Solar tablets coming to schools in India

RICE (US) — The I-slate, a low-cost electronic version of the hand-held blackboard slates used by millions of Indian children, has proven to be an effective learning tool, according to a yearlong study.

Now I-slate’s developers are preparing for full-scale production of the tablet, which will eventually be solar-powered for use in classrooms that lack electricity. When mass-produced, the solar-powered I-slate is expected to cost less than $50 (64 Singapore dollars).


“Our study clearly shows the I-slate is an effective learning tool for all students, regardless of their learning ability,” says computer scientist and I-slate creator Krishna Palem, director of the Institute for Sustainable and Applied Infodynamics (ISAID), a joint program of Rice University and Nanyang Technological University (NTU) in Singapore.

“The first production I-slates will be pre-loaded with lessons for mathematics, science, and social studies.”

Palem first conceived the power-saving educational tablet in early 2009. Late last summer, Palem’s team began working with the Indian nonprofit Villages for Development and Learning Foundation (ViDAL) to test I-slate prototypes in a class of 10- to 13-year-olds at Mohd Hussainpalli village, about 70 miles southwest of Hyderabad.

In March, the researchers examined whether the I-slate helped students’ improve in mathematics. Students use a stylus to tap and write out mathematics problems on the I-slate. They get immediate feedback about correct and incorrect answers. When answers are incorrect, the machine gives hints and tips about how to correct mistakes.

Using a series of sophisticated measures, the ISAID team analyzed each student’s performance and improvement. Students were also surveyed about the features of the I-slate that were most and least useful.

Palem says the tests and surveys confirmed the I-slate was effective and provided the ISAID team with valuable information needed to finalize the I-slate’s design.

“We know more than 90 percent of what we need to know at this point,” Palem says. “We’ve settled the hardware questions, and that is central to the manner in which the lessons are taught and the manner in which the students interact with the I-slate.”

The hardware and graphic content for the I-slate must be developed in tandem because they will ultimately use a revolutionary new low-power computer chip—another of Palem’s inventions. The new chip will cut the power requirements for the I-slate in half and allow the device to run on solar power from small panels similar to those found on handheld calculators.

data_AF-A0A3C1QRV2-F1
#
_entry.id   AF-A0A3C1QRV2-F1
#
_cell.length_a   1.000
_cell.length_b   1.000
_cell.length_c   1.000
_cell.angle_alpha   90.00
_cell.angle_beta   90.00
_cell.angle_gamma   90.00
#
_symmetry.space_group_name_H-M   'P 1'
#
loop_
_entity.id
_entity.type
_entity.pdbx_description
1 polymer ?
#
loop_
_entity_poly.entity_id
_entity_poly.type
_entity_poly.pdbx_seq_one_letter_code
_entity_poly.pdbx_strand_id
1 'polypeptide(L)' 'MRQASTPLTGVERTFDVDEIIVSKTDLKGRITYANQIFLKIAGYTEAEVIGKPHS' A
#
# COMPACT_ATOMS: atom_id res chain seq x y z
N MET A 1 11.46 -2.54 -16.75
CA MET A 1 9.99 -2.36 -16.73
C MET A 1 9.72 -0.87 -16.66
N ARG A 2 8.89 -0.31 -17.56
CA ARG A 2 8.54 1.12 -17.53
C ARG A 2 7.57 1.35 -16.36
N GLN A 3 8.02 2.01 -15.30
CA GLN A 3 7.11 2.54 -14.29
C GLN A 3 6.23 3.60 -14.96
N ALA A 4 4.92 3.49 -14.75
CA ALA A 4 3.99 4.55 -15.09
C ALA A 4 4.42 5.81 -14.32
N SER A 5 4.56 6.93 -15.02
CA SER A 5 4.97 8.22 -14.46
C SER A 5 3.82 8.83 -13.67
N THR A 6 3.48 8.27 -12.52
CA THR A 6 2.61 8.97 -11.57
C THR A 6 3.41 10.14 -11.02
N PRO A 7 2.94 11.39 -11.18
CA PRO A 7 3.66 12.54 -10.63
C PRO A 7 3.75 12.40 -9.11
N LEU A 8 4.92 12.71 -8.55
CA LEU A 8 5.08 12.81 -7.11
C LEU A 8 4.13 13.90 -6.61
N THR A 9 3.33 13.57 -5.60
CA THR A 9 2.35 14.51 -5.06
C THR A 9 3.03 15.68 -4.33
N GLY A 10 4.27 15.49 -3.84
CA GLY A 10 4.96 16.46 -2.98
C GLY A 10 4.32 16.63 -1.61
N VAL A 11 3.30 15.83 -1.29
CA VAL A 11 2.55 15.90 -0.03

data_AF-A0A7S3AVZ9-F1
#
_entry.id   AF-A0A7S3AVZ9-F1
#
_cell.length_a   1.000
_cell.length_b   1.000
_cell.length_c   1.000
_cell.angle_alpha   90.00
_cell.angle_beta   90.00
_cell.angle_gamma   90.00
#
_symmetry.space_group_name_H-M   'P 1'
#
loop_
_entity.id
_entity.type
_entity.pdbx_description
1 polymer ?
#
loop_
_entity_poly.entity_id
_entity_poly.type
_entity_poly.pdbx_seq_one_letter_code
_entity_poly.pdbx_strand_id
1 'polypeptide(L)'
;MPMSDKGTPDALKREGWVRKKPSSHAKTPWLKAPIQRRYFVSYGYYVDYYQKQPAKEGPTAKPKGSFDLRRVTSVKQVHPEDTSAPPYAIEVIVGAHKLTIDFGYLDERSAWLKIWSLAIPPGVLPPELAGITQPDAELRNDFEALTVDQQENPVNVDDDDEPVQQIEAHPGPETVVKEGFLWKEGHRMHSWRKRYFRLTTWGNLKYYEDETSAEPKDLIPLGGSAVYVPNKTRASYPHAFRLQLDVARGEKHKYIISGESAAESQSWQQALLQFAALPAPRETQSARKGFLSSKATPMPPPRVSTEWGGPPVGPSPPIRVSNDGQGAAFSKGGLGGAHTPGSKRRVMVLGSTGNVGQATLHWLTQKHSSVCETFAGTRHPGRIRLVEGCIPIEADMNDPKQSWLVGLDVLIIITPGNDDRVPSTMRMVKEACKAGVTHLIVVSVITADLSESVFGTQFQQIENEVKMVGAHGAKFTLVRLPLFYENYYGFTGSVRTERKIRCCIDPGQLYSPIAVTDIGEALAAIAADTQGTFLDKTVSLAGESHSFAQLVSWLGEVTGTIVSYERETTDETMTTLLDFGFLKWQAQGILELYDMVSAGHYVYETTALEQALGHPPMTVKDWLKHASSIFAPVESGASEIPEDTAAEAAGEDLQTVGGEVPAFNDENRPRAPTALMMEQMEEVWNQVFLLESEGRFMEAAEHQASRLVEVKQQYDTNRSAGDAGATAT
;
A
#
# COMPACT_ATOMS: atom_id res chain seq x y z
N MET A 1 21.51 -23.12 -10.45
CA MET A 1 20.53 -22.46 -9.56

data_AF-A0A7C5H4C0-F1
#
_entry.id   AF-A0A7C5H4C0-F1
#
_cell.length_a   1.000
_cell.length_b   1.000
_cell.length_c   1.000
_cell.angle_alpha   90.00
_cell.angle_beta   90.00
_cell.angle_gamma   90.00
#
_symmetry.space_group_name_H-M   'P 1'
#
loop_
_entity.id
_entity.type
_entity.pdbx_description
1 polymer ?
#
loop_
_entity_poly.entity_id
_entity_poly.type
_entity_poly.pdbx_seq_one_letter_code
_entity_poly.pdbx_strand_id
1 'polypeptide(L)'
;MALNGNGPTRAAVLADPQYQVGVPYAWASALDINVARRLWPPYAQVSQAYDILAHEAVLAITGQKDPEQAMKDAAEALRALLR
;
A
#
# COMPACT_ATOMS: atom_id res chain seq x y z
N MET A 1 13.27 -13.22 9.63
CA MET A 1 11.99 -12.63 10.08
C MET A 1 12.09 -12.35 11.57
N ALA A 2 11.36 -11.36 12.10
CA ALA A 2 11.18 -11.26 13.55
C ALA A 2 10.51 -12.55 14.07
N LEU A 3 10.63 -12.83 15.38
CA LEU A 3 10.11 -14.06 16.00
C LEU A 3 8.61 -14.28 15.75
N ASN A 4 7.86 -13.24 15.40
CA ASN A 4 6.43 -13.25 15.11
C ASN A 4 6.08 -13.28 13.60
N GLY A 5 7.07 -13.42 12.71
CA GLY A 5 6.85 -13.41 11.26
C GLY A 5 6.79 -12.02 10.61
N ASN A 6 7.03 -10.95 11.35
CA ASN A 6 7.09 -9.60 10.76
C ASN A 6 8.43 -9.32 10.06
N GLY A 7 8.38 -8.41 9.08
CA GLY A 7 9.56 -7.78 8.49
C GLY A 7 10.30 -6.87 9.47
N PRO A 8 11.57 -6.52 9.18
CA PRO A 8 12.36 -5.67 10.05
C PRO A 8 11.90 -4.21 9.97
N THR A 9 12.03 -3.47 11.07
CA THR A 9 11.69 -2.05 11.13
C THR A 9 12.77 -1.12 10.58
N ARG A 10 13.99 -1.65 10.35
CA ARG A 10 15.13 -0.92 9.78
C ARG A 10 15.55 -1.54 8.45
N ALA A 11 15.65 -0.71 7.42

The current I-slate hardware, which uses conventional chips, was designed by ISAID’s Vincent Mooney, associate professor of electrical and computer engineering at Georgia Institute of Technology.

ISAID team members in Switzerland, Singapore, and the US are developing the first production version of the low-power computer chip. Solar-powered I-slates containing the new chips are due for production in mid-2012.

Palem says a Los Angeles-based consortium of media and content developers headed by Marc Mertens is putting the finishing touches on the math, science, and social studies curriculum. Both the content and the finalized I-slate design will be rolled out with traditional chips this fall. About 50 students in Mohd Hussainpalli and other nearby villages will receive battery-powered versions of these slates for a six-month trial.

“Working with Marc, we’re planning to bundle a social-networking element into the software that will allow the students to work collaboratively on writing assignments,” Palem says.

“We are at an exciting stage and based on rigorous testing, we have achieved quite a few firsts in this early phase of adoption,” says Rajeswari Pingali, ViDAL founding chairperson. “Soon students will be able to take the slates home for use and improving their learning outcomes.

“We spoke to all parents of the children; they too are equally excited about the I-slate. We are particularly happy about the potential benefits for young girls, who otherwise might be married away at a very early age.”

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